There are about 1,500 species of starfish in the world, some of them living at depths of 20,000 feet below the surface of the ocean. They have five arms (usually, but sometimes they have six or seven) lined with tubes, which help them attach to rocks and move around. Amazingly, starfish can regenerate lost limbs and can willingly shed an arm to escape a predator, much like the gecko sheds its tail.
How starfish reproduce is thoroughly fascinating and also confusing in the sheer variety of ways new starfish can be either born or formed. That’s right, not all starfish are born, some are formed in a different way. But we’ll get to that.
Of course, some species of starfish have distinct males and females who reproduce in the way we’re used to thinking about reproduction. We can’t tell which starfish is male and which is female by looking at their external appearance, but they’re separate and the females lay the eggs from which the baby starfish hatch.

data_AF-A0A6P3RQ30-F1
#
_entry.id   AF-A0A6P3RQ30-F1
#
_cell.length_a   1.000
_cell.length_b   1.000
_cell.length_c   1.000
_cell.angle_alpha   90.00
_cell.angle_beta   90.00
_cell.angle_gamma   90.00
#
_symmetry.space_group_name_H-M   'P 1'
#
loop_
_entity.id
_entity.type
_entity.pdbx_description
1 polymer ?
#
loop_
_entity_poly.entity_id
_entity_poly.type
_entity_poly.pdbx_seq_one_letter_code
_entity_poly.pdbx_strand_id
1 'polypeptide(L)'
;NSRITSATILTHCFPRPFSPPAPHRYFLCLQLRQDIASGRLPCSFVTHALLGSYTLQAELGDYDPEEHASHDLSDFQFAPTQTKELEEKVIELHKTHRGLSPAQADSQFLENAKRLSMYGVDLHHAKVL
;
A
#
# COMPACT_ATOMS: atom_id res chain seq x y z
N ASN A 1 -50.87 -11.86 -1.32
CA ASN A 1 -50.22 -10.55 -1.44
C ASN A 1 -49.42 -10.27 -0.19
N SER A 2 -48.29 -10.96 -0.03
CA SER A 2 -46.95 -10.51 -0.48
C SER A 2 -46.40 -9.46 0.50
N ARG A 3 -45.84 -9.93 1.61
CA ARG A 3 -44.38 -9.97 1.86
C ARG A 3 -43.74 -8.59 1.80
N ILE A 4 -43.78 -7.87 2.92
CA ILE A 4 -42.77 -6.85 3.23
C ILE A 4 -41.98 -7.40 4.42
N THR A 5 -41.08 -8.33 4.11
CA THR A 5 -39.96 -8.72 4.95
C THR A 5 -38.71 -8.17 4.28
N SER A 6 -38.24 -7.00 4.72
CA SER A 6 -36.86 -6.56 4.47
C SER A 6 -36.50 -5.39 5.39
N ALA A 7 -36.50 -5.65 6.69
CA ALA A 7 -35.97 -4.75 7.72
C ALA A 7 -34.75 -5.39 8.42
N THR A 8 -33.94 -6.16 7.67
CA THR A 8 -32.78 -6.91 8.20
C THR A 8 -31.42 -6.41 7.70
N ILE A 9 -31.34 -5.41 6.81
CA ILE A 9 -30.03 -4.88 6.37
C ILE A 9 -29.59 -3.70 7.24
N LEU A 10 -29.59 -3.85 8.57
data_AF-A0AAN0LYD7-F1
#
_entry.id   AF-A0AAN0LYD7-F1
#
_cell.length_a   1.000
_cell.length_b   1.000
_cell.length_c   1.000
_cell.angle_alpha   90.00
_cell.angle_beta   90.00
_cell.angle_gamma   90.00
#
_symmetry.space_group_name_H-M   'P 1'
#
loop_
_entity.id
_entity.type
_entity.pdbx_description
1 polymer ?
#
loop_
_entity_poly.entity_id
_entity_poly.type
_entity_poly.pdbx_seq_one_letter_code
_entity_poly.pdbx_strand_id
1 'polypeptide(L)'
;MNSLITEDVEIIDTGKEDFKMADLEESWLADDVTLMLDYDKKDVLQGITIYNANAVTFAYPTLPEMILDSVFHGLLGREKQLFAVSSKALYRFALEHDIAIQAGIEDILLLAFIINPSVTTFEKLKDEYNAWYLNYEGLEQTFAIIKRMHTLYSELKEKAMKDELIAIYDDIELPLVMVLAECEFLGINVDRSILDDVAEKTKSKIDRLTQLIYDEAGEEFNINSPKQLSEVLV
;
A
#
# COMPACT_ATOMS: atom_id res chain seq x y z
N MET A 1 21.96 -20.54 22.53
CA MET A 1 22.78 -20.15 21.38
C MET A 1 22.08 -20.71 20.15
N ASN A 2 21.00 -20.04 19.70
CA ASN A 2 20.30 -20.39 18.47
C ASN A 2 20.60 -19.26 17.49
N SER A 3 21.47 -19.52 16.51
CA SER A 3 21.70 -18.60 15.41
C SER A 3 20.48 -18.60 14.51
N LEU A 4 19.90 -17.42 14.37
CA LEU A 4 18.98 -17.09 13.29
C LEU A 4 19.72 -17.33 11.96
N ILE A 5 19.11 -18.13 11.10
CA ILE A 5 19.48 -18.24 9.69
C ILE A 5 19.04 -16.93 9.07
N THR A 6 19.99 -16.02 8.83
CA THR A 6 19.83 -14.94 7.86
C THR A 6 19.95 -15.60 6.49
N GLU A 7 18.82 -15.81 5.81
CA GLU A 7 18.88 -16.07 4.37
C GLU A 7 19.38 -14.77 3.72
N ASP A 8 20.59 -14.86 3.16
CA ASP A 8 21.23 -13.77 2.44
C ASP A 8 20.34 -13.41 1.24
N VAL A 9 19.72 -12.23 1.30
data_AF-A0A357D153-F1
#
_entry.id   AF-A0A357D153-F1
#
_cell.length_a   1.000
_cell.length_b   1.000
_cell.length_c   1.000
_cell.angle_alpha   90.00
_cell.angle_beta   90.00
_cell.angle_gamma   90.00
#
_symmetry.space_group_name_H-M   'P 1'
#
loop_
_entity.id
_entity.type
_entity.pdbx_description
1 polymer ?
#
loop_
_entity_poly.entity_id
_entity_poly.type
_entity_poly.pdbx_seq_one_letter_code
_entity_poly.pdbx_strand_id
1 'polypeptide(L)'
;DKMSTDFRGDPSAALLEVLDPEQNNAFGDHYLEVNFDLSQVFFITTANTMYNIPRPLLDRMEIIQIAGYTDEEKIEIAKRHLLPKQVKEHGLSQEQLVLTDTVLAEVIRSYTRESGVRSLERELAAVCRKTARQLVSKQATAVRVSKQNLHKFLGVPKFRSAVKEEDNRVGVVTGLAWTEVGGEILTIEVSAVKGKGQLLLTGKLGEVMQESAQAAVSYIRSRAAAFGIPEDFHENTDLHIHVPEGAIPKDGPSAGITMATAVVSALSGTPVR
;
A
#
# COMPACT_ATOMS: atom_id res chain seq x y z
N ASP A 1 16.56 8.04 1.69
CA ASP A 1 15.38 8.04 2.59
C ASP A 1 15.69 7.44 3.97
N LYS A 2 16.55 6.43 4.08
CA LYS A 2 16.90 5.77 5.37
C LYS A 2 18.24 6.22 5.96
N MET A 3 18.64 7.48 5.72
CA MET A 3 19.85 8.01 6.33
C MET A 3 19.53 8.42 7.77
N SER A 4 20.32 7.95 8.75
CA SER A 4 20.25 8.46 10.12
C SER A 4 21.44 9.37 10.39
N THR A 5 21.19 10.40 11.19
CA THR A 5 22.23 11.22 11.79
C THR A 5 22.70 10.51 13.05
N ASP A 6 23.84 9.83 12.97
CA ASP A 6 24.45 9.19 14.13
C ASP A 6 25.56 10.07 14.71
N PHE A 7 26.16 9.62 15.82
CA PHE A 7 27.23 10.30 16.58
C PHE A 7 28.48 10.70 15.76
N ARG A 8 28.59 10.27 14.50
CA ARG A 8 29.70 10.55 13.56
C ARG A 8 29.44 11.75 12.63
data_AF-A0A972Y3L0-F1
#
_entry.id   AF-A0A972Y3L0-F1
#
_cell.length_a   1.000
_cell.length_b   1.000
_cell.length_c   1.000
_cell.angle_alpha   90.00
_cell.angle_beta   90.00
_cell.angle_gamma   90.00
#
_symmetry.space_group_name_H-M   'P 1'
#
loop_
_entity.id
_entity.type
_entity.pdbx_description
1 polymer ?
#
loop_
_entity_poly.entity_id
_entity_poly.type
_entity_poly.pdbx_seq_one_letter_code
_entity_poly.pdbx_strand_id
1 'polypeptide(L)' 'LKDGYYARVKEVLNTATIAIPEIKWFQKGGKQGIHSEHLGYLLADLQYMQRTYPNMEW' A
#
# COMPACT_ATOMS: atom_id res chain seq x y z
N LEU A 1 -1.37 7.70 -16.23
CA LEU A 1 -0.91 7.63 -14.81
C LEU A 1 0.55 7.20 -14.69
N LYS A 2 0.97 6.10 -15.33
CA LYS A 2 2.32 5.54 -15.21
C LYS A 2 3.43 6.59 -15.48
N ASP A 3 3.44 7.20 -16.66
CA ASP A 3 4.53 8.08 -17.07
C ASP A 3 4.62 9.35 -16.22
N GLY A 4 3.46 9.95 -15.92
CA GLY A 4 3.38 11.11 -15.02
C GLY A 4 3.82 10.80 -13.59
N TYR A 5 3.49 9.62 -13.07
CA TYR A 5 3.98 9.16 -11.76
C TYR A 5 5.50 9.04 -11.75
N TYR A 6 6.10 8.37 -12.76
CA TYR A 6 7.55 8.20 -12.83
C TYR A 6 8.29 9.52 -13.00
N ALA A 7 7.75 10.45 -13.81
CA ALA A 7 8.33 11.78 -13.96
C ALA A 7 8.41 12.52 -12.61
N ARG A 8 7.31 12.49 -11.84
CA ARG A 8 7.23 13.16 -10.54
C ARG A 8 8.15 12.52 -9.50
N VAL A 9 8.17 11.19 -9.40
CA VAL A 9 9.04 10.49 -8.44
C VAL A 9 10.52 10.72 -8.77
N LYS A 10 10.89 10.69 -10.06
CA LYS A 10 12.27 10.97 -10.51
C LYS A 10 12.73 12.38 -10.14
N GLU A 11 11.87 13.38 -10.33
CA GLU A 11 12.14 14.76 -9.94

But there are other species of starfish that want nothing to do with that. Some produce both the egg and sperm, and sometimes in the same organ, and so they self-fertilize. Those species could go on even if two starfish never meet one another. This ability is called being a simultaneous hermaphrodite, and it’s a trait shared with a few other animals, such as sea slugs and earthworms.
Some starfish are sequential hermaphrodites. These starfish species begin life as a male uniformly. There are no female baby starfish of these species. As they get older, though, every one of them turns into a female starfish. And this phenomenon actually isn’t unheard of in other species. Parrotfish almost always change from female to male throughout their lifetime, and the largest clownfish in a group of clownfish will turn into a female as they get older.
But now we’ve come to the point where I explain what I meant when I said some starfish are formed. These species of starfish also begin life as male, without exception. And then, when they get older, they also turn into females without exception. However, these species of starfish reproduce neither sexually nor in a self-fertilizing way. An adult female will, when ready to reproduce, rip herself in two and the two halves of herself will regenerate into two male starfish, who in turn will grow up to be females and tear themselves in two to make two new baby starfish.
That’s right, the reproduction is entirely asexual in these species and seemingly bizarre, but that’s just life if you’re one of those starfish.
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